New Nation, 1990, “South African working class organisation and the downfall of the Smuts government,” 10-16 August, Matric History section of Learning Nation supplement.
A discussion of the struggles of the working class movement from 1920-1924 which examines the role of the Industrial and Commercial Workers Union (ICU) from 1919, the 1920 Bulhoek Massacre, and the 1922 Rand Revolt in the fall of the Jan Smuts government in 1924.
A good account from the old anti-apartheid weekly, but — as always — rather silent on the the role of anarchism and syndicalism — a factor in both ICU and the 1922 revolt.
Lucien van der Walt, 2011, “Thibedi, Thibedi William (1888–1960), South African revolutionary syndicalist and Communist,” in Emmanuel K. Akyeampong and Henry Louis Gates, Jr (eds.), Oxford Dictionary of African Biography, Oxford University Press.
Previous posts have looked at the Workers’ Library and Museum (WLM) in Newtown, Johannesburg, and mentioned the role of anarchists (mainly, Bikisha Media Collective) in it from the late 1990s into the early 2000s: see here.
The WLM webpage from those days is long gone, but happily, there is a navigable snapshot of it here (off-site).
There is an interesting video, captured from a VHS, from a report on the TV station M-Net, on the Newtown power complex in what looks like the late 1980s. The Newtown power complex, in downtown Johannesburg, was the site of the old municipal power station. It was all but abandoned by the late 1980s: the state of the building attests to this, and so does the fact that the council’s main interest (in the video) is to move some old trees from the premises, to another owned by the municipality. The decrepit building visible from 03.34 (time on video) was the old housing section that was refurbished as the Workers Library and Museum (WLM) in the 1990s. (Below the video you can see a photo of how the building looked before used as the WLM, and how the WLM looked in its early years).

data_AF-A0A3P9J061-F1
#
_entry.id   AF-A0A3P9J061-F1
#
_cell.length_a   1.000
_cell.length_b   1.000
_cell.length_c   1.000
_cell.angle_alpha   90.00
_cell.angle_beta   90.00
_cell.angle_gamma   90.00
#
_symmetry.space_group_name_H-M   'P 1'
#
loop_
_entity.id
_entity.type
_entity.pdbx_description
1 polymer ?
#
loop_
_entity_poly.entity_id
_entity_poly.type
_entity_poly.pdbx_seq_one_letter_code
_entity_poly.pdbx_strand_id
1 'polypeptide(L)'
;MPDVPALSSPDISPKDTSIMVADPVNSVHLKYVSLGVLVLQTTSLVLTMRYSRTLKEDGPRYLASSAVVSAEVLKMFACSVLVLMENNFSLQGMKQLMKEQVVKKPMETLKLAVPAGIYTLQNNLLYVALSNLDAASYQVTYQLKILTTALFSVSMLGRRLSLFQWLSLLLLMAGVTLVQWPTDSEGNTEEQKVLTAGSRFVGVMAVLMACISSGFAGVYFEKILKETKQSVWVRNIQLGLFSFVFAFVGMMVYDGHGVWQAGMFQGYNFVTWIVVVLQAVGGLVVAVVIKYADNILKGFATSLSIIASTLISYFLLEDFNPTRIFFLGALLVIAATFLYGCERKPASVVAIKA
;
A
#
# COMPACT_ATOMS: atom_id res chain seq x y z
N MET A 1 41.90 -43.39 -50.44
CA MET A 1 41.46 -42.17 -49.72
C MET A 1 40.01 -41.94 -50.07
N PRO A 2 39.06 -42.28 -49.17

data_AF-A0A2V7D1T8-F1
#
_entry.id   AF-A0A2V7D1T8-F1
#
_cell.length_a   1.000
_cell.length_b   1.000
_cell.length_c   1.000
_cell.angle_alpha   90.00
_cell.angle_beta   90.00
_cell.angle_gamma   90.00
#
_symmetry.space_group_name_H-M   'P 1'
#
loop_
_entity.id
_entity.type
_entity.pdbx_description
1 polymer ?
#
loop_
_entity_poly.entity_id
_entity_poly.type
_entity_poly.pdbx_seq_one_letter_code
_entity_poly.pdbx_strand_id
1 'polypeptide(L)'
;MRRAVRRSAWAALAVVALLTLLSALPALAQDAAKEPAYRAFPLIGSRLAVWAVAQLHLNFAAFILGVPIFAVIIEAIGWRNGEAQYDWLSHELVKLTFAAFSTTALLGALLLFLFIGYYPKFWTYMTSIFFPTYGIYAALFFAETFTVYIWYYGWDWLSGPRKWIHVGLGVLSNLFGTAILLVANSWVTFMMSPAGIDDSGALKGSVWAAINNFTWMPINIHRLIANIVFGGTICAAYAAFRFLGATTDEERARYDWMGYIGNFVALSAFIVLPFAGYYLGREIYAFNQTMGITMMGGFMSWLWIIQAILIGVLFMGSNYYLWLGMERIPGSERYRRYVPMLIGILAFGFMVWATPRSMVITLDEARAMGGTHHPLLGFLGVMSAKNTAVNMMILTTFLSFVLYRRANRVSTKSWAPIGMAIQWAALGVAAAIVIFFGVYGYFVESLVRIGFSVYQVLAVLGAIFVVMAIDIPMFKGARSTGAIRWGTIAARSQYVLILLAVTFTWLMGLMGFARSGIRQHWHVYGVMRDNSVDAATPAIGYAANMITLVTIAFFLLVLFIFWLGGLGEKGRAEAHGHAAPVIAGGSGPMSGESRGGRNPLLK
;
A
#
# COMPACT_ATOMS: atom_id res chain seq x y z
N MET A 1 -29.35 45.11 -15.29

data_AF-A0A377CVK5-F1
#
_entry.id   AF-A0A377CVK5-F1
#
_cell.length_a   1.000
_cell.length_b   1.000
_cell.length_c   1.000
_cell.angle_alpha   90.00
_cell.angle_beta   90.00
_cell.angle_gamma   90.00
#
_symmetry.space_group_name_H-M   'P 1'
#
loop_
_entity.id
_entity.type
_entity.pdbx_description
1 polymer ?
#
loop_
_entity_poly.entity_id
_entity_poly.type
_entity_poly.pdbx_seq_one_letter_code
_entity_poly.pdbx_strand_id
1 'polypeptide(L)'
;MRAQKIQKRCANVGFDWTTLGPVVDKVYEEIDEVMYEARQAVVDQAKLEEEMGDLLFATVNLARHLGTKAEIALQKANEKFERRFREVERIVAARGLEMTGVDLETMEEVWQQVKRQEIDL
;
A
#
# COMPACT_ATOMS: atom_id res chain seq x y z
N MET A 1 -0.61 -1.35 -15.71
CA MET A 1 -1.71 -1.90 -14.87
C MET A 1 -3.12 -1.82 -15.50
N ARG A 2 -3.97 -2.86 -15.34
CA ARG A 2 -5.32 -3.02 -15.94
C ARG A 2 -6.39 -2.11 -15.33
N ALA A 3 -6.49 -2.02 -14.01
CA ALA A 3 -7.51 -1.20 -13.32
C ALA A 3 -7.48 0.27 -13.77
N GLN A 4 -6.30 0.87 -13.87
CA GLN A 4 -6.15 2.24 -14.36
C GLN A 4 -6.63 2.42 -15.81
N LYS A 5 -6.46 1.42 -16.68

As noted elsewhere, anarchists from Bikisha Media Collective (BMC) played a key role in the Workers Library and Museum (WLM), a non-sectarian labour service organisation then based in Newtown Johannesburg, from the late 1990s into the early 2000s. The WLM was run by an elected committee, with various subcommittees, and BMC members were active in these structures. Some more information on this here and here. As the building used was the property of the Johannesburg town council (later the Greater Johannesburg Meropolian Council), use the buildings depended a good deal on the municipality’s goodwill. In the early and mid-1990s, the municipality was effectively willing to provide the building at a nominal cost (the users were charged for water and lights, and were responsible for maintenance and investment) . The building was part of a former power station complex, which had been closed in the 1970s: the redesign of the old housing section for use by the WLM was an award-winning project by left-wing architects Henry Paine and Alan Lipman.
As neo-liberalism kicked in, and the Newtown Precinct was rethought (by the municipality) as a Continue reading →